People with diabetes are also more apt to have other heart disease risk factors. For example:

  • High blood pressure
  • Elevated levels of low density lipoprotein (LDL) cholesterol
  • Chronic kidney disease that can lead to dialysis
  • Being overweight or obese

By the Numbers

  • 1 out of 10: Britains living with diabetes
  • 2X-4X: How much more likely people with diabetes are to develop heart disease or stroke compared with people who don’t have diabetes
  • 2 out of 3: Proportion of deaths due to heart disease among people older than 65 with diabetes

Because diabetes and heart disease are linked, treatment plans for diabetes shouldn’t focus only on controlling blood sugar levels. Treatment must address other cardiovascular risk factors, too. This approach might include:

  • Ongoing assessment of cardiovascular health (for example, watching cholesterol panels, blood pressure or protein in the urine)
  • Steps to help protect your heart health with lifestyle changes (for example regular exercise, heart-healthy diet, good sleep habits) and possibly medications to help control high blood pressure or cholesterol
  • Referrals to other providers to support a coordinated, team-based approach to your care
  • Routine vaccination against the flu and pneumonia to prevent illnesses that can stress the heart

Do You Have Heart Disease?

If you have heart disease but haven’t been screened for type 2 diabetes, ask to be tested. Many people with heart disease also have diabetes, but they often remain undiagnosed.

The sooner you know, the sooner you can take steps to lower your risk. Many people have prediabetes, an early warning sign for diabetes. At this stage, they can make changes to help prevent the onset of the disease.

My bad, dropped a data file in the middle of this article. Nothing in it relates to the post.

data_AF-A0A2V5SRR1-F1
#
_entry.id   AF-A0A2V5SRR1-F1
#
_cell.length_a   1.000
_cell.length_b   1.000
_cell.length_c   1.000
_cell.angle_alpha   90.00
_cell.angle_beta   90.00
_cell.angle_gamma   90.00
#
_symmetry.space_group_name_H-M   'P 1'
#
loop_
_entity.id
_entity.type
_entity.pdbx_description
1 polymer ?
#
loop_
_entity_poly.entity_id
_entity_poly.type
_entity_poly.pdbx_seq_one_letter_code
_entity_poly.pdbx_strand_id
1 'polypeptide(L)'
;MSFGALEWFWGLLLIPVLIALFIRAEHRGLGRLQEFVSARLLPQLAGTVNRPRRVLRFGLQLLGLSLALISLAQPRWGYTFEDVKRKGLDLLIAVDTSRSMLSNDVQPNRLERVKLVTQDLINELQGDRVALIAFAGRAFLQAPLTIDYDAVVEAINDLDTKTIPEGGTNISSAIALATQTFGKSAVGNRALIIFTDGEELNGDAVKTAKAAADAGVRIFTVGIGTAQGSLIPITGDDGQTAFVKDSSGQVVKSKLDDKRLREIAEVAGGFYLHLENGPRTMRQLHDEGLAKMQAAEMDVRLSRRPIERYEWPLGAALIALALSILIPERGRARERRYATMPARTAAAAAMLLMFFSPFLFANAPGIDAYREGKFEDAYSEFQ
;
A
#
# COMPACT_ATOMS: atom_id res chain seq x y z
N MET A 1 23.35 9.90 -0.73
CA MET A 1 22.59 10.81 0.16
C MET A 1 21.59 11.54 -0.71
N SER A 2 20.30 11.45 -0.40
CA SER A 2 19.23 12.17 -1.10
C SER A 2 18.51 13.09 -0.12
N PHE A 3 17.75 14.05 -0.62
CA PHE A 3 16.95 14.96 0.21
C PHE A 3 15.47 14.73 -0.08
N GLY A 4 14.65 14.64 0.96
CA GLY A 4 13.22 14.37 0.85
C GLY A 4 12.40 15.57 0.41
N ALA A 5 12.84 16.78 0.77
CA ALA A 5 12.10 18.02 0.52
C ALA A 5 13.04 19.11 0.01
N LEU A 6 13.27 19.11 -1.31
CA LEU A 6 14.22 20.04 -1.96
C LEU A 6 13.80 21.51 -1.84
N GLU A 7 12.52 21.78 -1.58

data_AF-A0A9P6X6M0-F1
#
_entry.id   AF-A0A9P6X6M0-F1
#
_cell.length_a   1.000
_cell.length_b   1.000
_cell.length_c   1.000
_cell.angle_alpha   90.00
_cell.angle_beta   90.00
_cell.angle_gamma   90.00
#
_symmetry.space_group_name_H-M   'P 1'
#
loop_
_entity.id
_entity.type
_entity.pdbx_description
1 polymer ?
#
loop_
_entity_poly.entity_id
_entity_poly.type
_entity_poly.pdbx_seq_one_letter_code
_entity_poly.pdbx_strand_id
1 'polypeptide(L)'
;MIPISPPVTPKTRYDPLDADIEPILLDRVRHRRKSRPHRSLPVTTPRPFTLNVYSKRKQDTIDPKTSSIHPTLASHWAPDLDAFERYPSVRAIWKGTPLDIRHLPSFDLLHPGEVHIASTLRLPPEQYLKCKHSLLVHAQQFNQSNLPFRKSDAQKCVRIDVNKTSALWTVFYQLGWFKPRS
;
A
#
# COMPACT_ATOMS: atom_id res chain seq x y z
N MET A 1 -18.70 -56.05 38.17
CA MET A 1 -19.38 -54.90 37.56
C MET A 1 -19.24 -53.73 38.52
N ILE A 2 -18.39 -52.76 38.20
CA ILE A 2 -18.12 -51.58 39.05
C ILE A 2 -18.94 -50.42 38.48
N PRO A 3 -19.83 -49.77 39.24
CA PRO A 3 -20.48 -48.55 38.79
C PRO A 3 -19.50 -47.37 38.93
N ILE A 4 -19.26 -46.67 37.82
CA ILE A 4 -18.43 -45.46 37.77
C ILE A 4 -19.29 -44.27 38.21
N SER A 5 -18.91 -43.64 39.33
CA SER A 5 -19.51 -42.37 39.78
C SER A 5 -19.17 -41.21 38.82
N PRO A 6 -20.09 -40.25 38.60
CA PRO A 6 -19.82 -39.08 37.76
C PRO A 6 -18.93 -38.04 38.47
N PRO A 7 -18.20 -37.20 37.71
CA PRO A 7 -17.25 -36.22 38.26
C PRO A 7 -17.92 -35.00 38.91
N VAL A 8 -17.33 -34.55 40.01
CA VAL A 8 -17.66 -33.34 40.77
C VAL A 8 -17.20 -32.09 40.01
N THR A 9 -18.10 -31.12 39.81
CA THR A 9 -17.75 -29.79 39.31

People with type 2 diabetes are more likely to develop heart disease or have a stroke compared with those who don’t have diabetes—and at a younger age.

Diabetes is among the strongest risk factors for heart and vascular disease. It’s right up there with smoking and having high blood pressure or high cholesterol.

Having diabetes means you have too much sugar (also called glucose) in your blood. It can affect the way your heart works, and harm blood vessels. For example, the lining of the blood vessels may become thicker, which can impair blood flow. Many people have poor blood flow in their legs and feet, which can lead to numbness and weakness. Diabetes can damage other organs as well, including the kidneys.

Diabetes and heart disease share many of the same risk factors, such as having high cholesterol, being overweight, not exercising and smoking.

If you have diabetes, it doesn’t mean heart disease is bound to happen. In many cases, there are steps you can take to keep your diabetes in check and stay ahead of heart disease. But it’s not always easy. If you have or develop heart disease, then you will have to manage several conditions, which can seem daunting.

Managing diabetes is a team effort. You will likely be seen by a number of health professionals, and making sure everyone if on the same page is important.

Be sure to ask your health care team about how to best manage your risk of cardiovascular disease. Here are some questions you might consider asking during your next visit.

  • How does Type 2 Diabetes change my risk for other diseases, including cardiovascular disease?
  • What changes can I make to prevent heart problems or stroke?
  • In addition to my blood pressure and cholesterol levels, what should I watch for?
  • Do I need to try to lose weight? How much?
  • Could medications help protect my heart?
  • How often should my heart health be checked? What tests would you recommend?
  • Could I benefit from seeing a nutritionist?
  • Should I keep taking my vitamins and supplements?
  • In addition to my A1C, are there other blood sugar tests that I’ll need?
  • I heard statins may cause diabetes. Is this true?
  • What support groups and resources are available to me?